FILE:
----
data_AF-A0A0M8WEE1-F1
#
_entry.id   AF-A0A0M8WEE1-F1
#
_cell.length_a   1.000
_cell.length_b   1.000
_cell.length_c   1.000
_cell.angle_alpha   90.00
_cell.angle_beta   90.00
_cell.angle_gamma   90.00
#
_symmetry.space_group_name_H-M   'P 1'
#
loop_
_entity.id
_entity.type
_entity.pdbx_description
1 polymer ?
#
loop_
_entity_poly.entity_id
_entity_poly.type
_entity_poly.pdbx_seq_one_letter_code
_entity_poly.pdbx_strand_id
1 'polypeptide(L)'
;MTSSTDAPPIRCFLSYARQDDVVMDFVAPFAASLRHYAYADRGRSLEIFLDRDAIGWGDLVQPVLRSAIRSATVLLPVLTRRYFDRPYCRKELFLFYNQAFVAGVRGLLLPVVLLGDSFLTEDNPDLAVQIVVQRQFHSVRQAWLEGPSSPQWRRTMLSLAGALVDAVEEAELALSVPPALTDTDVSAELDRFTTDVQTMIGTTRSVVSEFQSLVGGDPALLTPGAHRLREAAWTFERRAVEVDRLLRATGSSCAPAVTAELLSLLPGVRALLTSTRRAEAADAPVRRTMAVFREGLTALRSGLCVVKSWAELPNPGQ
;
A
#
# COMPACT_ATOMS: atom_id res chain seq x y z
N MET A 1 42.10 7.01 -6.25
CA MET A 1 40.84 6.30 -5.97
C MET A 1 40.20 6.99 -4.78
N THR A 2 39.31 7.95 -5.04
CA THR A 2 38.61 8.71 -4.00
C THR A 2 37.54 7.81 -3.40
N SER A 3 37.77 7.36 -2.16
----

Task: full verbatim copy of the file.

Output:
data_AF-A0A0M8WEE1-F1
#
_entry.id   AF-A0A0M8WEE1-F1
#
_cell.length_a   1.000
_cell.length_b   1.000
_cell.length_c   1.000
_cell.angle_alpha   90.00
_cell.angle_beta   90.00
_cell.angle_gamma   90.00
#
_symmetry.space_group_name_H-M   'P 1'
#
loop_
_entity.id
_entity.type
_entity.pdbx_description
1 polymer ?
#
loop_
_entity_poly.entity_id
_entity_poly.type
_entity_poly.pdbx_seq_one_letter_code
_entity_poly.pdbx_strand_id
1 'polypeptide(L)'
;MTSSTDAPPIRCFLSYARQDDVVMDFVAPFAASLRHYAYADRGRSLEIFLDRDAIGWGDLVQPVLRSAIRSATVLLPVLTRRYFDRPYCRKELFLFYNQAFVAGVRGLLLPVVLLGDSFLTEDNPDLAVQIVVQRQFHSVRQAWLEGPSSPQWRRTMLSLAGALVDAVEEAELALSVPPALTDTDVSAELDRFTTDVQTMIGTTRSVVSEFQSLVGGDPALLTPGAHRLREAAWTFERRAVEVDRLLRATGSSCAPAVTAELLSLLPGVRALLTSTRRAEAADAPVRRTMAVFREGLTALRSGLCVVKSWAELPNPGQ
;
A
#
# COMPACT_ATOMS: atom_id res chain seq x y z
N MET A 1 42.10 7.01 -6.25
CA MET A 1 40.84 6.30 -5.97
C MET A 1 40.20 6.99 -4.78
N THR A 2 39.31 7.95 -5.04
CA THR A 2 38.61 8.71 -4.00
C THR A 2 37.54 7.81 -3.40
N SER A 3 37.77 7.36 -2.16